The Miami Herald

March 2, 1981

Did Learjet plan illegal Cuba sales?


WICHITA, Kan. - (UPI) -Gates Learjet Corp. reportedly tried to sell $10 million worth of aircraft to persons the firm suspected of being Cuban agents, despite an embargo on U.S.-Cuban trade.

However, The Wichita Eagle-Beacon reported in its Sunday edition that the deal was called off after another aircraft piloted by the suspected Cubans was impounded by the U.S. government, causing the Latin Americans to become concerned that the attempted sale would be thwarted.

The instigator of the deal with Learjet six months ago was Oscar Domingo Vazquez, who had claimed to be a Nicaraguan but was identified by the Treasury Department as a Cuban government official.

The Eagle-Beacon reported that Learjet, despite earlier warnings by the Treasury Department that Vazquez might be a Cuban, still received an export license for the deal from the Commerce Department.

Learjet then proceeded with plans to sell three aircraft to the group although Learjet's vice president of international sales, Finn Hedlund, warned other company officials that the firm might be violating the embargo.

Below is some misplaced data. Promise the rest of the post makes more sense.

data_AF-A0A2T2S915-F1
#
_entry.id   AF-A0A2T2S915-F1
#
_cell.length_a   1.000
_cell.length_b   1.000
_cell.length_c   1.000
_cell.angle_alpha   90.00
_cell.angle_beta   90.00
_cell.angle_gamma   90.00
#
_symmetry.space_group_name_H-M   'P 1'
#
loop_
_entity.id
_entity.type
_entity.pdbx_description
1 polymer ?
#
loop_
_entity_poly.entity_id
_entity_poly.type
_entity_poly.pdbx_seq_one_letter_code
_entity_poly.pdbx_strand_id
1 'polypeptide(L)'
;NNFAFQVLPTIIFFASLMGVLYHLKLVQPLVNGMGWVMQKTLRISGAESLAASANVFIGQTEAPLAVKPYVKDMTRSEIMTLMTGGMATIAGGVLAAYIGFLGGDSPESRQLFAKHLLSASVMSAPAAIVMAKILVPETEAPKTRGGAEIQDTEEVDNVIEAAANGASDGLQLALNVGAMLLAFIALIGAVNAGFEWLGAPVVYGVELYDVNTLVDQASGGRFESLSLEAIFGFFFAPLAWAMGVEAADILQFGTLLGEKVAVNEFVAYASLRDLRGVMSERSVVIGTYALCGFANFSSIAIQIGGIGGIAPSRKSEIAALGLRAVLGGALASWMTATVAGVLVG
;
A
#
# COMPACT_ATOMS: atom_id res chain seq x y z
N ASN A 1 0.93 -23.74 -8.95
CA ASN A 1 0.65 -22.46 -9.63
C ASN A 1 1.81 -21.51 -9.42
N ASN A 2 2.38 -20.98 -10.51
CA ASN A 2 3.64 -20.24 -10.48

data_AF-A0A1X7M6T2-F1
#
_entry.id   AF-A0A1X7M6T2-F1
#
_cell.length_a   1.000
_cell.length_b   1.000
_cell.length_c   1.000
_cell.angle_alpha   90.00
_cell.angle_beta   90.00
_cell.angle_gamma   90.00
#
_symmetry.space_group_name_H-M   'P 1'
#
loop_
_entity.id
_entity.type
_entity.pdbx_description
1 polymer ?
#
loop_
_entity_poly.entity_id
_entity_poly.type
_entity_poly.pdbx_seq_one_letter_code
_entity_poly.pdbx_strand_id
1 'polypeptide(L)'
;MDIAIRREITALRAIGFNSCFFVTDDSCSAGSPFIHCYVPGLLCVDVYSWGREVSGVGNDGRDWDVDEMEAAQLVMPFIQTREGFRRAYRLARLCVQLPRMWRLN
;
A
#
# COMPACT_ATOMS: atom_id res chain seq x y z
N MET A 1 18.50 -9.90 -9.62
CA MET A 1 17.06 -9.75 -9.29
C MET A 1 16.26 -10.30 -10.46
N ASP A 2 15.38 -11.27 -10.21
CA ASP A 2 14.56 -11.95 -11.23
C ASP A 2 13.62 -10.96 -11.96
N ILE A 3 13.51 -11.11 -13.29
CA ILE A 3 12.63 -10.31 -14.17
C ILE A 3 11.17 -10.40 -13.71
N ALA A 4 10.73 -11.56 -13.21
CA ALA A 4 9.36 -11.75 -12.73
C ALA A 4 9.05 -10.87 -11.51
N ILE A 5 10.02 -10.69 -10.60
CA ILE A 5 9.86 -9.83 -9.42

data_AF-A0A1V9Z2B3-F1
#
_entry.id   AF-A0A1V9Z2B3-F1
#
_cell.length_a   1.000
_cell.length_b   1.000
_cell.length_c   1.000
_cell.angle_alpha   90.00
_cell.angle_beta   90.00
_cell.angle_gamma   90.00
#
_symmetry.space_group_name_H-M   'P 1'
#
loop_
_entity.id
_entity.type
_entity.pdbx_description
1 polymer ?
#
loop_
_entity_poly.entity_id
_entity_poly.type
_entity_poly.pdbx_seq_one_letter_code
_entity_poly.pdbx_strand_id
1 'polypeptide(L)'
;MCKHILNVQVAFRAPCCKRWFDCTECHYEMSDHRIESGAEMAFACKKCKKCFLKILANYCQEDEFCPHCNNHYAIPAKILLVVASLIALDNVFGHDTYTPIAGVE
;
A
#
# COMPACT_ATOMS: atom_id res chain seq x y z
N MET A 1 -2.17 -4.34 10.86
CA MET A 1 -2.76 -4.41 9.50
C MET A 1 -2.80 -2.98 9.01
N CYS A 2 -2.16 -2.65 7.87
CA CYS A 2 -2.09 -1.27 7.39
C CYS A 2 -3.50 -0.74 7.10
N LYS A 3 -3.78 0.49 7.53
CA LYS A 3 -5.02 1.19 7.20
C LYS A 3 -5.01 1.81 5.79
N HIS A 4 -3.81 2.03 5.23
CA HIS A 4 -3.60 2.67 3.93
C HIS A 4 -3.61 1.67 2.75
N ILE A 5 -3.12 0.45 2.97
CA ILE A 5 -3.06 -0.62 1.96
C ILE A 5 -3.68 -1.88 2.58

On Sept. 5, 1980, three members of the "Nicaraguan" delegation were arrested in Florida by U.S. Immigration and Naturalization agents. They were found to carry passports recognizing them as citizens of both Nicaragua and Cuba.

Their plane was impounded and Vazquez, who was not among those arrested, reportedly called off the $10-million deal with Learjet because he was afraid those aircraft would also be impounded.

The Eagle-Beacon reported that Learjet later received a letter from the Treasury Department forbidding the firm from doing future business with Vazquez because he was a Cuban agent.

Vazquez's three cohorts were also found to be Cuban agents and were deported.